LONDON (Reuters) - Martin Sorrell, who built WPP into the world’s biggest advertising agency through 33 years of dealmaking, quit on Saturday after an allegation of personal misconduct.
The departure of the CEO who built a two-man outfit into one of Britain’s biggest companies with 200,000 staff in 112 countries leaves WPP without a boss at a pivotal time for the industry and when the group is under great strain.
WPP stunned the market last week when it said it had appointed lawyers to investigate alleged misconduct by Sorrell. He denied the allegations but in a letter to WPP staff published late on Saturday he said the “current disruption” was “putting too much unnecessary pressure on the business”.
He said he had decided that “in your interest, in the interest of our clients, in the interest of all shareowners, both big and small, and in the interest of all our other stakeholders, it is best for me to step aside”.
Chairman Roberto Quarta will become executive chairman until a new chief executive is found, while Mark Read, a WPP digital executive, and Andrew Scott, chief operating officer, Europe, have been appointed as joint chief operating officers.
Read, who previously sat on WPP’s main board, is well regarded in the industry while Scott was involved in its acquisition strategy and was not involved with clients.
The company will consider internal and external candidates for the top job in a process that could take several months.
“Obviously I am sad to leave WPP after 33 years,” Sorrell said in a statement. “It has been a passion, focus and source of energy for so long. However, I believe it is in the best interests of the business if I step down now.”
WPP said the investigation, which regarded financial impropriety, had concluded. It made no further comment but repeated a previous statement that the allegation did not involve amounts that were material to the company.
A source close to Sorrell said he had been unhappy with how the investigation was handled, leaving him uncertain whether he could work with the board again.
Analysts have speculated that the sprawling group, which was being restructured after a year of lower spending from some clients, could now sell off some assets if led by different management.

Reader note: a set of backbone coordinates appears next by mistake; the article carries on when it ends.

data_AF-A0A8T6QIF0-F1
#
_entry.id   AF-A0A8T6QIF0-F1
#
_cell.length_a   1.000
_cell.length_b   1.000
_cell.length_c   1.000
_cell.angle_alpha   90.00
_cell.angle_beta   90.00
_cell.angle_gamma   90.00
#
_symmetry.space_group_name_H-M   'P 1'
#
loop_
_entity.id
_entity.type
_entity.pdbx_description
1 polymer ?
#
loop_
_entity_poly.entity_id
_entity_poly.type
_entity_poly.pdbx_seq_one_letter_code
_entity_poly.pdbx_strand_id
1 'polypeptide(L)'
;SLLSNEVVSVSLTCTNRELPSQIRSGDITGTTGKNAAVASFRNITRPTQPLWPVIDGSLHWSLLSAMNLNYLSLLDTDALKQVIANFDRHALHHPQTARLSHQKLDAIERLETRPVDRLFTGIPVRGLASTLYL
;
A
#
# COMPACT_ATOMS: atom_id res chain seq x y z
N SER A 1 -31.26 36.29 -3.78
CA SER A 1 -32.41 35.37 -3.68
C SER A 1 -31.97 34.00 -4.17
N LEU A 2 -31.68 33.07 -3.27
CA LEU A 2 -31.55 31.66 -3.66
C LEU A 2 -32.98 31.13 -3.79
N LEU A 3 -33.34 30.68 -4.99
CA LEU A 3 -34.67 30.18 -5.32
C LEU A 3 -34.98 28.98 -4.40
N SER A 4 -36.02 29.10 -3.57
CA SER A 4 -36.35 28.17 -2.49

The longest-serving CEO on the FTSE 100 blue chip index, Sorrell built WPP into one of Britain’s biggest companies by three decades of relentless dealmaking. He is one of the most high profile, and best paid, executives in the country.
In his time the group expanded to own top creative agencies including J. Walter Thompson and Young & Rubicam, as well as media planners and buyers, market-research firms and public relations groups such as Finsbury.
Present in 112 countries, WPP serves clients including Ford, Unilever, P&G and a string of major corporations around the world.
It largely outperformed its peers Omnicom, Publicis and IPG in the years that followed the financial crisis as the group pitched aggressively for new work. But it has been hit in the last 18 months by a downturn in spending from consumer goods groups Unilever and P&G, and the loss of some big accounts.
The migration of advertising online and the encroachment into market research of consultancies such as Accenture have compounded the pressures. Its shares are down around 30 percent this year.
The company said Sorrell would be available to assist with the transition, and the man synonymous with the British marketing group told the staff they would come through this difficult time.
“As a founder, I can say that WPP is not just a matter of life or death, it was, is and will be more important than that,” Sorrell said. “Good fortune and Godspeed to all of you. Now back to the future.”
Reporting by Kate Holton; Editing by Kevin Liffey, Alistair Bell and Daniel Wallis